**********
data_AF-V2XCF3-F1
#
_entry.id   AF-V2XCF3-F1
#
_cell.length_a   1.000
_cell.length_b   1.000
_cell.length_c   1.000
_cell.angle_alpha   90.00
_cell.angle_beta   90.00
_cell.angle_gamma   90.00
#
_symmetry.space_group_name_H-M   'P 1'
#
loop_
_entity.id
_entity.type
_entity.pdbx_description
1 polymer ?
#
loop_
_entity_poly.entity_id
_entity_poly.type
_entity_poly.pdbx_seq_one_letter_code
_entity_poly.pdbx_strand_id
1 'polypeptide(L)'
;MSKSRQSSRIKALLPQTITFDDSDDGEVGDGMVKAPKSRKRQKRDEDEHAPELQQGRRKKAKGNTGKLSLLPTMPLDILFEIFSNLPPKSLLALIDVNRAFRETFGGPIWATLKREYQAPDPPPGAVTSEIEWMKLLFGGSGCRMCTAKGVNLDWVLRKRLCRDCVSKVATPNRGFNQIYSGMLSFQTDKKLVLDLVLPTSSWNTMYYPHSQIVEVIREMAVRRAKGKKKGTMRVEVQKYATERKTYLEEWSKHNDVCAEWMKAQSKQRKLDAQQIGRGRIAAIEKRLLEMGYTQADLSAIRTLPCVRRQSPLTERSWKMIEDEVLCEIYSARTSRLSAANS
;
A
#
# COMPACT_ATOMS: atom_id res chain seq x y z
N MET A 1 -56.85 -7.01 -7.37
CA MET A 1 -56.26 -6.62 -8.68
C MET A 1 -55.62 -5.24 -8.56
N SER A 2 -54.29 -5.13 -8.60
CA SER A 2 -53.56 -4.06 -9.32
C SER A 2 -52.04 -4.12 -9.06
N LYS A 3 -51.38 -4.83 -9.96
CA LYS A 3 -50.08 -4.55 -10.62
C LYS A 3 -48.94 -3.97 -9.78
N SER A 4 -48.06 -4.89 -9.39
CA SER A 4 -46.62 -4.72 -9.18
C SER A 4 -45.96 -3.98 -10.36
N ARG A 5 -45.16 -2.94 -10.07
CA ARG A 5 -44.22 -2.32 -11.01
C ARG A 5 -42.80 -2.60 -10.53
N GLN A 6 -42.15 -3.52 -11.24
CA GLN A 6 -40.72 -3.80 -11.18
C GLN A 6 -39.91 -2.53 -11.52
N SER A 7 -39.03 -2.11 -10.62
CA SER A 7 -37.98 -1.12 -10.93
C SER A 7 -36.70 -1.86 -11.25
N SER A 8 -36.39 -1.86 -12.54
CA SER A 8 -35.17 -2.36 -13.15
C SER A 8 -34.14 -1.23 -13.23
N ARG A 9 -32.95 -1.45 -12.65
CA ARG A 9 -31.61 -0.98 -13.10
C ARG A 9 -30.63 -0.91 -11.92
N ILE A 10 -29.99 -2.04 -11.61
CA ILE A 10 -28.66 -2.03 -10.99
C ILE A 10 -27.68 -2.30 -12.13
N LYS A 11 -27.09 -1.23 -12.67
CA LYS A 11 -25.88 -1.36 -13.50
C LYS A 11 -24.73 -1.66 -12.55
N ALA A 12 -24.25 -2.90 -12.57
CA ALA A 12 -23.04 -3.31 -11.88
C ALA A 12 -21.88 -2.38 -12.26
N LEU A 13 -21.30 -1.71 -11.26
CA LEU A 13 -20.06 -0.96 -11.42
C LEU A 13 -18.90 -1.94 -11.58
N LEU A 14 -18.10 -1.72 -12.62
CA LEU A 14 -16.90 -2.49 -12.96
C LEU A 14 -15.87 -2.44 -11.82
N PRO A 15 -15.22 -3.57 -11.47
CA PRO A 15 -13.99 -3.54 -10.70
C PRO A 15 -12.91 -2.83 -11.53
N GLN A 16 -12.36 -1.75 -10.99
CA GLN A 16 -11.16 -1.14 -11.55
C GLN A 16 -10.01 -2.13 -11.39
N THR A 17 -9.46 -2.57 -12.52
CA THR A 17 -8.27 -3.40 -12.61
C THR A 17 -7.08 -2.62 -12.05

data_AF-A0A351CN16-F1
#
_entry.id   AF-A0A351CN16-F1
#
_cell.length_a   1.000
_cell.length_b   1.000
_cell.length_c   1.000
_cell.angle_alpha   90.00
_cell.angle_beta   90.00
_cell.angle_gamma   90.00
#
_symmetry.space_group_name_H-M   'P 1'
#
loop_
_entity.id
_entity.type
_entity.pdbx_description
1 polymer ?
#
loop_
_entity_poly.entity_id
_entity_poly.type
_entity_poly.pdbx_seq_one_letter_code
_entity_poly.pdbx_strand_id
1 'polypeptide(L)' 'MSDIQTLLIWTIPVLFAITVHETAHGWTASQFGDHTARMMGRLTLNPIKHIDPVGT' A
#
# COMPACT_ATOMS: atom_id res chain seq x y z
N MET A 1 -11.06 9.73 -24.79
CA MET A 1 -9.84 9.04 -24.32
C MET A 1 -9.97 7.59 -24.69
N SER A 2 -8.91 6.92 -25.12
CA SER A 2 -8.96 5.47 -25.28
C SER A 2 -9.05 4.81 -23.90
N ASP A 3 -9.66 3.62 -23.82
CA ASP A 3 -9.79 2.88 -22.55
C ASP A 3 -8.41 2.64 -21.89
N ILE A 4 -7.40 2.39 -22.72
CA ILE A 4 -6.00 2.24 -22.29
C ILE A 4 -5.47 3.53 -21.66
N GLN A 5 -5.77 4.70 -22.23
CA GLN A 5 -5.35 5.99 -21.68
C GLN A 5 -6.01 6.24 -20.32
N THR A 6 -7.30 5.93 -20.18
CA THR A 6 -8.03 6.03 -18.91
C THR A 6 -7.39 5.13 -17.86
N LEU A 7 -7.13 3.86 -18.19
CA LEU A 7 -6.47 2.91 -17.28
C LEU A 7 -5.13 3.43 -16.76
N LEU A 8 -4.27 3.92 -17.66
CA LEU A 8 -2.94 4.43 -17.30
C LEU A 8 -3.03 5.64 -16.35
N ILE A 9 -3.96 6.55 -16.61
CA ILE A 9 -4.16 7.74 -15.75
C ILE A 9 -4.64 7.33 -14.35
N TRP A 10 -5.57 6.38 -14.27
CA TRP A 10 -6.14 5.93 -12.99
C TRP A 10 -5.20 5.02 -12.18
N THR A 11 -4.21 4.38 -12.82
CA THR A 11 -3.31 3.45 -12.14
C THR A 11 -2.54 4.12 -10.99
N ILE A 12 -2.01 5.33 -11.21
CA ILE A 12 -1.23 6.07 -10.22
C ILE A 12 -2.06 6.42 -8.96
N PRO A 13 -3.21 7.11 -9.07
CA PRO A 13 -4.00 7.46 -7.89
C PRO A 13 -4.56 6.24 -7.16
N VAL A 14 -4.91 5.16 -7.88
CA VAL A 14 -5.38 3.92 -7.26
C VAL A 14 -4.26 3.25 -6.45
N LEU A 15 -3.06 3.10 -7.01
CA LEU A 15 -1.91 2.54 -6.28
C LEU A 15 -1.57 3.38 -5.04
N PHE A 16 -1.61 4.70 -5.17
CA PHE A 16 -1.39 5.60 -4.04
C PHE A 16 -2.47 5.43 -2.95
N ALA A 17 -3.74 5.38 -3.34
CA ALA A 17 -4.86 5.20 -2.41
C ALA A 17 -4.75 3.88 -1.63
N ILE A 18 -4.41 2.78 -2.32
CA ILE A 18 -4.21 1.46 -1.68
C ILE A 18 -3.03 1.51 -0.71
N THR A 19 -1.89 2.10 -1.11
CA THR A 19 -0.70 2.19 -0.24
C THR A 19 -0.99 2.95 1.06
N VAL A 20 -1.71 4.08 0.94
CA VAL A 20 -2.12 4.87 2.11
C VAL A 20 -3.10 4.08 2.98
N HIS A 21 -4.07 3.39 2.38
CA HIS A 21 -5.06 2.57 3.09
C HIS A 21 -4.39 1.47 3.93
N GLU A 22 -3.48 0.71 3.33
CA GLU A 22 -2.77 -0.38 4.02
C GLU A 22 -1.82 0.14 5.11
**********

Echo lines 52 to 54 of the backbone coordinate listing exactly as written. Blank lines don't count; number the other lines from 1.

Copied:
N SER A 8 -36.39 -1.86 -12.54
CA SER A 8 -35.17 -2.36 -13.15
C SER A 8 -34.14 -1.23 -13.23